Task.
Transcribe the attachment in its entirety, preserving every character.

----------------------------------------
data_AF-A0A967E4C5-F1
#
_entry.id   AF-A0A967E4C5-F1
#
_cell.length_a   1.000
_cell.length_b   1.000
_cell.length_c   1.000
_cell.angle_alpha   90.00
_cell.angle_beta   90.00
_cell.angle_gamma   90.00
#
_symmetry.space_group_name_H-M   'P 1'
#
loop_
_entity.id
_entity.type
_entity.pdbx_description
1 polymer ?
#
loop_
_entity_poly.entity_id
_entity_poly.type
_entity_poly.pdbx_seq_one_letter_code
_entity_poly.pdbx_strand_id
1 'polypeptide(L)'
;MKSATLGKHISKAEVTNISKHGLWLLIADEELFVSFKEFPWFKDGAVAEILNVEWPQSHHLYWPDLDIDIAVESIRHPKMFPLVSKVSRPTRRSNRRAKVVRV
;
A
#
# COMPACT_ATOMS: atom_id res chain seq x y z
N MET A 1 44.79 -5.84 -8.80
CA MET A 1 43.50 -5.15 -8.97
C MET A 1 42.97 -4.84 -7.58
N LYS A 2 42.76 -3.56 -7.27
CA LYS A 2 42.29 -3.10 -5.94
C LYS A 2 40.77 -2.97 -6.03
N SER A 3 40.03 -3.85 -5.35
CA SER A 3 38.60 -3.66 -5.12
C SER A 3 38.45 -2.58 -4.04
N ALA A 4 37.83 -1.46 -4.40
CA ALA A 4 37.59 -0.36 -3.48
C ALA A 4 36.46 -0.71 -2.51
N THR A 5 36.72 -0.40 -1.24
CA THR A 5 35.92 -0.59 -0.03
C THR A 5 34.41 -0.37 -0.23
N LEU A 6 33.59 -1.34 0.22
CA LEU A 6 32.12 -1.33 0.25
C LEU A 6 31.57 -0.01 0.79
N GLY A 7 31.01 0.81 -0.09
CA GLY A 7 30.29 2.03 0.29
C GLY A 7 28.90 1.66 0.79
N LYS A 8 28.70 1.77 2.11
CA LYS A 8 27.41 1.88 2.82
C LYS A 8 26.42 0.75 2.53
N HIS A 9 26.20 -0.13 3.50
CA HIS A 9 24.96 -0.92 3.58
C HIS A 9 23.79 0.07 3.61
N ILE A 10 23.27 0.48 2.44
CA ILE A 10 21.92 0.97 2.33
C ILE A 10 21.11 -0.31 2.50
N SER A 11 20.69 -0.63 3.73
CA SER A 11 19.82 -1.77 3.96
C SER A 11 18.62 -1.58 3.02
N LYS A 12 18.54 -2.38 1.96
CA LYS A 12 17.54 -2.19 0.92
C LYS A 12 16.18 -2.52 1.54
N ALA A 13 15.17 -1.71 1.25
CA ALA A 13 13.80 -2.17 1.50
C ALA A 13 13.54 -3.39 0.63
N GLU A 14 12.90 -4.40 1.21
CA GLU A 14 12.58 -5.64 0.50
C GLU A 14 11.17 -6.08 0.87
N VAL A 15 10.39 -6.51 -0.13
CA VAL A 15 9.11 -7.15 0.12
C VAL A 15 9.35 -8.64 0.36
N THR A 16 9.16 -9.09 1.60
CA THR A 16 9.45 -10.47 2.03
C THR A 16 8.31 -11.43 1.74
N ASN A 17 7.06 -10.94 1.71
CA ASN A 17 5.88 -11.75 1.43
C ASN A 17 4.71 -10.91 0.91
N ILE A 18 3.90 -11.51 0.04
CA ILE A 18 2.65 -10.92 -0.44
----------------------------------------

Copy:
data_AF-A0A967E4C5-F1
#
_entry.id   AF-A0A967E4C5-F1
#
_cell.length_a   1.000
_cell.length_b   1.000
_cell.length_c   1.000
_cell.angle_alpha   90.00
_cell.angle_beta   90.00
_cell.angle_gamma   90.00
#
_symmetry.space_group_name_H-M   'P 1'
#
loop_
_entity.id
_entity.type
_entity.pdbx_description
1 polymer ?
#
loop_
_entity_poly.entity_id
_entity_poly.type
_entity_poly.pdbx_seq_one_letter_code
_entity_poly.pdbx_strand_id
1 'polypeptide(L)'
;MKSATLGKHISKAEVTNISKHGLWLLIADEELFVSFKEFPWFKDGAVAEILNVEWPQSHHLYWPDLDIDIAVESIRHPKMFPLVSKVSRPTRRSNRRAKVVRV
;
A
#
# COMPACT_ATOMS: atom_id res chain seq x y z
N MET A 1 44.79 -5.84 -8.80
CA MET A 1 43.50 -5.15 -8.97
C MET A 1 42.97 -4.84 -7.58
N LYS A 2 42.76 -3.56 -7.27
CA LYS A 2 42.29 -3.10 -5.94
C LYS A 2 40.77 -2.97 -6.03
N SER A 3 40.03 -3.85 -5.35
CA SER A 3 38.60 -3.66 -5.12
C SER A 3 38.45 -2.58 -4.04
N ALA A 4 37.83 -1.46 -4.40
CA ALA A 4 37.59 -0.36 -3.48
C ALA A 4 36.46 -0.71 -2.51
N THR A 5 36.72 -0.40 -1.24
CA THR A 5 35.92 -0.59 -0.03
C THR A 5 34.41 -0.37 -0.23
N LEU A 6 33.59 -1.34 0.22
CA LEU A 6 32.12 -1.33 0.25
C LEU A 6 31.57 -0.01 0.79
N GLY A 7 31.01 0.81 -0.09
CA GLY A 7 30.29 2.03 0.29
C GLY A 7 28.90 1.66 0.79
N LYS A 8 28.70 1.77 2.11
CA LYS A 8 27.41 1.88 2.82
C LYS A 8 26.42 0.75 2.53
N HIS A 9 26.20 -0.13 3.50
CA HIS A 9 24.96 -0.92 3.58
C HIS A 9 23.79 0.07 3.61
N ILE A 10 23.27 0.48 2.44
CA ILE A 10 21.92 0.97 2.33
C ILE A 10 21.11 -0.31 2.50
N SER A 11 20.69 -0.63 3.73
CA SER A 11 19.82 -1.77 3.96
C SER A 11 18.62 -1.58 3.02
N LYS A 12 18.54 -2.38 1.96
CA LYS A 12 17.54 -2.19 0.92
C LYS A 12 16.18 -2.52 1.54
N ALA A 13 15.17 -1.71 1.25
CA ALA A 13 13.80 -2.17 1.50
C ALA A 13 13.54 -3.39 0.63
N GLU A 14 12.90 -4.40 1.21
CA GLU A 14 12.58 -5.64 0.50
C GLU A 14 11.17 -6.08 0.87
N VAL A 15 10.39 -6.51 -0.13
CA VAL A 15 9.11 -7.15 0.12
C VAL A 15 9.35 -8.64 0.36
N THR A 16 9.16 -9.09 1.60
CA THR A 16 9.45 -10.47 2.03
C THR A 16 8.31 -11.43 1.74
N ASN A 17 7.06 -10.94 1.71
CA ASN A 17 5.88 -11.75 1.43
C ASN A 17 4.71 -10.91 0.91
N ILE A 18 3.90 -11.51 0.04
CA ILE A 18 2.65 -10.92 -0.44